3 Strategies Small Businesses Can Use to Prevent Data Breach

In September of 2014, global ride-sharingProtection start-up, Uber, experienced a data breach. This allowed hackers to access the 50,000 licence numbers of their drivers in February 2015, just five months later.

Uber is not a small company, mind you. It’s a well-known organisation operating globally that specialises in technology and security—and yet it cannot protect itself from hackers.

Smaller businesses, like yours, are just as vulnerable.

Here are some of the best things you can do to protect your business from the risk of a data breach:

Keep Only What You Need

Thieves cannot steal what you don’t have; data minimisation is a powerful tool for preparedness—use it.

Reduce the amount of information you collect and retain only what’s necessary. This means you need to delete the data once you don’t need it anymore. It would be smart not to store your personal data in so many devices as well. You might also want to limit the access of your employees on sensitive data, and maybe keep a record of who has access.

Work with a Third-Party Data Security Expert

NetStrategy says small businesses today should also work with third-party data security experts for help on the analysis of risk levels and exposure of company data. Once this neutral party evaluates your system, you get a clearer picture of what’s at stake.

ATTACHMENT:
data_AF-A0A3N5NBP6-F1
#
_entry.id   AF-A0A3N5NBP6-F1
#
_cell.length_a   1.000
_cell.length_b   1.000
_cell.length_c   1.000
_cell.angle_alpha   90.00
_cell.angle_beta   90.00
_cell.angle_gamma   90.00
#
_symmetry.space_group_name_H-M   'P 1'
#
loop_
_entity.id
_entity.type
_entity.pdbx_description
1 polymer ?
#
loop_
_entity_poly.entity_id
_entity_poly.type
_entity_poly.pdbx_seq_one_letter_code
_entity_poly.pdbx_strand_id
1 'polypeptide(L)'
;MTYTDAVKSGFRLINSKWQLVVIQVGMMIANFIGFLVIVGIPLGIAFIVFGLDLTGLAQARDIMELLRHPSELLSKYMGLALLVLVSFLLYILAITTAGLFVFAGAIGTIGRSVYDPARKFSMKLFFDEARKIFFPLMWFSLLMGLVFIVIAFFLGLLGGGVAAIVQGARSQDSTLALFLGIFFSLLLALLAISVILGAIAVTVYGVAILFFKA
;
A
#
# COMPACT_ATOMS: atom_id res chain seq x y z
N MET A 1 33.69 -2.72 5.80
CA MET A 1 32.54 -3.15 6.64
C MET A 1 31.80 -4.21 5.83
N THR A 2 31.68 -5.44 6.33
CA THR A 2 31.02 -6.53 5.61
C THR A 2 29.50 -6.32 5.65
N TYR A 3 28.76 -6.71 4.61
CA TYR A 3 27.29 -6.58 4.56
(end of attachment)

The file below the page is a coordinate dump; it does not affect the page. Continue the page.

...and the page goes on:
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Don’t Rely on Encryption

Never rely on encryption as your only protection. Encryption is the best practice for data security, but use it only as a first line of defence. Using it alone can give your business a false sense of security. Remember that professional hackers can still break encryption codes.

Maybe try setting up next generation firewalls; this technology does not only tell you when someone is attempting to access your network—it also helps you stop the attempt altogether. You might also want to set up a wireless network security, since using Wi-Fi networks allow data interception.

If Uber’s modern data security measures can be hacked into, so can yours. If your small business fails to protect this information against criminals, you are in for some nasty damage.